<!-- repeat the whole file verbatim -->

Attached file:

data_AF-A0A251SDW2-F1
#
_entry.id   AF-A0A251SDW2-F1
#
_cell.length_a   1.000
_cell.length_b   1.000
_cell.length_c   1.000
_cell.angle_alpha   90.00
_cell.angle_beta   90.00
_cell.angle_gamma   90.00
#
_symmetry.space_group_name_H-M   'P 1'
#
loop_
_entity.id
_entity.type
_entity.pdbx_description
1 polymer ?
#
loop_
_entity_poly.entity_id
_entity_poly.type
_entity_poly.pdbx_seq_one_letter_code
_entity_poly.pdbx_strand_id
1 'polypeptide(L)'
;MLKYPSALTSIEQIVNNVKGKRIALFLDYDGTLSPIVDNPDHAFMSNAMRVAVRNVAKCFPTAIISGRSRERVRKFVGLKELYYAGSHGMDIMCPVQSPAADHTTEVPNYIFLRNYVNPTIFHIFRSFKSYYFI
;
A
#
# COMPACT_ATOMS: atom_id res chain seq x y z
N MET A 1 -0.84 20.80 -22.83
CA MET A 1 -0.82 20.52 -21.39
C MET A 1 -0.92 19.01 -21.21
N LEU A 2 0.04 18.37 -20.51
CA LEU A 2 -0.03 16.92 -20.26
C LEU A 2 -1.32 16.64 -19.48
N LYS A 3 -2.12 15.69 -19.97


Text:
data_AF-A0A251SDW2-F1
#
_entry.id   AF-A0A251SDW2-F1
#
_cell.length_a   1.000
_cell.length_b   1.000
_cell.length_c   1.000
_cell.angle_alpha   90.00
_cell.angle_beta   90.00
_cell.angle_gamma   90.00
#
_symmetry.space_group_name_H-M   'P 1'
#
loop_
_entity.id
_entity.type
_entity.pdbx_description
1 polymer ?
#
loop_
_entity_poly.entity_id
_entity_poly.type
_entity_poly.pdbx_seq_one_letter_code
_entity_poly.pdbx_strand_id
1 'polypeptide(L)'
;MLKYPSALTSIEQIVNNVKGKRIALFLDYDGTLSPIVDNPDHAFMSNAMRVAVRNVAKCFPTAIISGRSRERVRKFVGLKELYYAGSHGMDIMCPVQSPAADHTTEVPNYIFLRNYVNPTIFHIFRSFKSYYFI
;
A
#
# COMPACT_ATOMS: atom_id res chain seq x y z
N MET A 1 -0.84 20.80 -22.83
CA MET A 1 -0.82 20.52 -21.39
C MET A 1 -0.92 19.01 -21.21
N LEU A 2 0.04 18.37 -20.51
CA LEU A 2 -0.03 16.92 -20.26
C LEU A 2 -1.32 16.64 -19.48
N LYS A 3 -2.12 15.69 -19.97